Any website should be fast. No one likes waiting and images are one of the major slowdowns online. So, you should always optimise your images. Here are some ways to do it.
Find some links explaining color depths, bits, alpha channels and it’s relation to file size.
Responsive images and svgs
In our retina-filled mobile world there are more devices and screen sizes than we could possibly list. This means our designs and layouts need to be flexible and always look sharp. To do this we want to convert all older assets (icons) to the SVG format which scales as needed.
Another aspect is that we want all images to be crisp and high quality. To do this we need to deliver images that fit perfectly to the user’s device. But of course we should not force a 3000px image down on a mobile phone. Responsive images alleviate this issue by delivering the image size best suited (dimensions and network) to the user’s device.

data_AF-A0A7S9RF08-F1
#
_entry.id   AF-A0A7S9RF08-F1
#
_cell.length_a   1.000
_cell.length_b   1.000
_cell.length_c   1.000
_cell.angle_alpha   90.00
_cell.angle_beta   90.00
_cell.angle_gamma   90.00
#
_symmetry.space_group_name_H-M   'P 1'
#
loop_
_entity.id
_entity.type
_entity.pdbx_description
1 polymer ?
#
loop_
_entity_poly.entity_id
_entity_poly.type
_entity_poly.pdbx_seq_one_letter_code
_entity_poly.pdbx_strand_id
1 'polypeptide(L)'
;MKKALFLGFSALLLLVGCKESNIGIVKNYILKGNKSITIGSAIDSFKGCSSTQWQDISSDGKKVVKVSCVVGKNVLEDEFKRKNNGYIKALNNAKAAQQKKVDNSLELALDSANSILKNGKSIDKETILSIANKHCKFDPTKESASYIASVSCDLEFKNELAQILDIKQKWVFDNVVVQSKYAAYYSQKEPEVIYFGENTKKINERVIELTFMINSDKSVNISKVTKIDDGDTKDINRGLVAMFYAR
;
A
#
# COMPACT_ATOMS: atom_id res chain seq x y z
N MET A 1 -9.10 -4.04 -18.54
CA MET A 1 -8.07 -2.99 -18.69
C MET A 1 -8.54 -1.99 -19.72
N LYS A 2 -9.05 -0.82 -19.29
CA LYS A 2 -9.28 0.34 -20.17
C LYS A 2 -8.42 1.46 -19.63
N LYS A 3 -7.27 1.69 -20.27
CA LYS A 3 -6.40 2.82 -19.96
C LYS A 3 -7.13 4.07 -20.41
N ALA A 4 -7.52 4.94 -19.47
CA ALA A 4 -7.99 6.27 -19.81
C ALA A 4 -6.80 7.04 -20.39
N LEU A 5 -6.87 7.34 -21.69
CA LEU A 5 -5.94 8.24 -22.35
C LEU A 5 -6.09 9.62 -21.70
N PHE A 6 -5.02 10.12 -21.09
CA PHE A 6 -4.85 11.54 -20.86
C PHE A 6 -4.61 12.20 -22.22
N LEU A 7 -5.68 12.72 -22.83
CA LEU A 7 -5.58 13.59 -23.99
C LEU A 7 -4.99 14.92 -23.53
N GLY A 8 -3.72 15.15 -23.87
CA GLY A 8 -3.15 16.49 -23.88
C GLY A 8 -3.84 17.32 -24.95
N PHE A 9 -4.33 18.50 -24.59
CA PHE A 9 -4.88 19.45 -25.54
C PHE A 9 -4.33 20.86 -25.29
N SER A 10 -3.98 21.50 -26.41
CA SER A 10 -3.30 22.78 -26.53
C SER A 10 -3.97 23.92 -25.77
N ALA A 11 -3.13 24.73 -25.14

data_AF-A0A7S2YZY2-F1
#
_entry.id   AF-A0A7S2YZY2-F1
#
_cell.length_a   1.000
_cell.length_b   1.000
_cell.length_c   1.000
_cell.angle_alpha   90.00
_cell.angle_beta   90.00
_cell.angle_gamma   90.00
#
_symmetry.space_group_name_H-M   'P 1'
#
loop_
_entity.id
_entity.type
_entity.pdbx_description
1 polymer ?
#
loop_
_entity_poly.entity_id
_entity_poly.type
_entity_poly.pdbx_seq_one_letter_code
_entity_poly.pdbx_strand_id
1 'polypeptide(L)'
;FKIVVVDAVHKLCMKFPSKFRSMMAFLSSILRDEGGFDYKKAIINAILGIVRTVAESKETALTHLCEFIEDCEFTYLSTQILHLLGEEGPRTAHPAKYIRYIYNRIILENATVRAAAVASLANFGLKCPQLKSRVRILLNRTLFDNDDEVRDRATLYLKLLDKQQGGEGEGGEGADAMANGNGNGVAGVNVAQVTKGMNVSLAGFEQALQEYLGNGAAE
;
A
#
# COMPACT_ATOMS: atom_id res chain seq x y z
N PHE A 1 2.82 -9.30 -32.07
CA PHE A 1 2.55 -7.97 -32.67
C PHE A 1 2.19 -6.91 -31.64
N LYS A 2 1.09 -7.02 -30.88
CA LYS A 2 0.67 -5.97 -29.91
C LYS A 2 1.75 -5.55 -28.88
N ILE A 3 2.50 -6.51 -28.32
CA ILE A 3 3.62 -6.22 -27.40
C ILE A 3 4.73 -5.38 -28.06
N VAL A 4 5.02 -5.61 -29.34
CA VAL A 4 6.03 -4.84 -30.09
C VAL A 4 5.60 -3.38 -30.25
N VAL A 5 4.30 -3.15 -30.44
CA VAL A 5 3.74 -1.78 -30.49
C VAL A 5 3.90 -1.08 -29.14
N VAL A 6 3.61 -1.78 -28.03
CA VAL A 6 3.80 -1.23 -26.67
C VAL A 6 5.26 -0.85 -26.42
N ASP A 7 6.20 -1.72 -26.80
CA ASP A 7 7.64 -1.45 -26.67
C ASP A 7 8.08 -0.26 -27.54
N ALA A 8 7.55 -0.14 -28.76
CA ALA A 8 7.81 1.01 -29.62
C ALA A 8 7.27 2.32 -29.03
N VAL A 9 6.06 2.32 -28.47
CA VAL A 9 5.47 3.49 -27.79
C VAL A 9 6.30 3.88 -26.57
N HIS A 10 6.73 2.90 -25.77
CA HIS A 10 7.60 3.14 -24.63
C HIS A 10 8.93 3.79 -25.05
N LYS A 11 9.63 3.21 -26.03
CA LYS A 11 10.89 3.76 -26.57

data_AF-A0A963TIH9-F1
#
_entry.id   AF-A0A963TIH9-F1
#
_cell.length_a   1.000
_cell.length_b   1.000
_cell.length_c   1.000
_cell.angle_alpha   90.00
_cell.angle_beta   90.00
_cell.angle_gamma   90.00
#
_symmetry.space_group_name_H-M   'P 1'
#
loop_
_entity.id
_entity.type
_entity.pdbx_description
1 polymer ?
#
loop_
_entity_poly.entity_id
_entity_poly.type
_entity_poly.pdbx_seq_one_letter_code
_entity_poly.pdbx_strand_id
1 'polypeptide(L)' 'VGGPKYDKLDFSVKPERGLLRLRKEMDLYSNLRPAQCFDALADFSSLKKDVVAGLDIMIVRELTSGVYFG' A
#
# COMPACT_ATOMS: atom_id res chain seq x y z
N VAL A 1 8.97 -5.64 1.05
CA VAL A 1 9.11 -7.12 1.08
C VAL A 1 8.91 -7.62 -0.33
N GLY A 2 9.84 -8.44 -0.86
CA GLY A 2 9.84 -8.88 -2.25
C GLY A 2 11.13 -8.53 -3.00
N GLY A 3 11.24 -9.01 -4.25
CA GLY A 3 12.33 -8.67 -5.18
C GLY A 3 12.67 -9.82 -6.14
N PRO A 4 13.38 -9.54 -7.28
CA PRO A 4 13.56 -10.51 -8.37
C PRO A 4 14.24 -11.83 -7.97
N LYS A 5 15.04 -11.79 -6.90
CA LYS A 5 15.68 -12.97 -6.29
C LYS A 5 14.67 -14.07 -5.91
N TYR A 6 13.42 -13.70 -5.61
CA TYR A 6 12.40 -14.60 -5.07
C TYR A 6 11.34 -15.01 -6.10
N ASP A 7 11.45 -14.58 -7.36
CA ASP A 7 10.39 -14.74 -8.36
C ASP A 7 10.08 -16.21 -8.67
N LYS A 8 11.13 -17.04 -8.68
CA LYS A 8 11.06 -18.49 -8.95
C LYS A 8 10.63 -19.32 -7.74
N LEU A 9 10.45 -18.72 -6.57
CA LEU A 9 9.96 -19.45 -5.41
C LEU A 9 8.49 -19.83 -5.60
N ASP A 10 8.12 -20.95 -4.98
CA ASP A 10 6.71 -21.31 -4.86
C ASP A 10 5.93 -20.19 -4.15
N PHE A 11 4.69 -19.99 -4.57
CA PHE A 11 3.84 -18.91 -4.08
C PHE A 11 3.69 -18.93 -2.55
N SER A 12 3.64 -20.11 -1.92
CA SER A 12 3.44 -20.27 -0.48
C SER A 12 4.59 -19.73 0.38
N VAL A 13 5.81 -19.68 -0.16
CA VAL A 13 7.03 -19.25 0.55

Images served by a global content delivery network (CDN)
To avoid resizing one-billion images ourselves and we want to implement an image CDN like imgix or cloudinary. With any of these services you upload a master image in the highest possible quality. The service then resizes, crops and gives you back whatever image size you need, served from a global CDN.
Optimizing PNGs with pngcrush
$ brew install pngcrush $ pngcrush -rem alla -nofilecheck -reduce -m 7 (YOURFILE).png (OPTIMIZEDFILE).png
Should help a lot
Daan Jobsis shared the following premise: when considering a jpeg image’s file size, the level of compression makes more of a difference than its physical dimensions. In other words, given two identical images that are displayed at the same size on a website, one can be dramatically smaller than the other in file size if it is both highly compressed and dramatically larger in dimensions than it is displayed.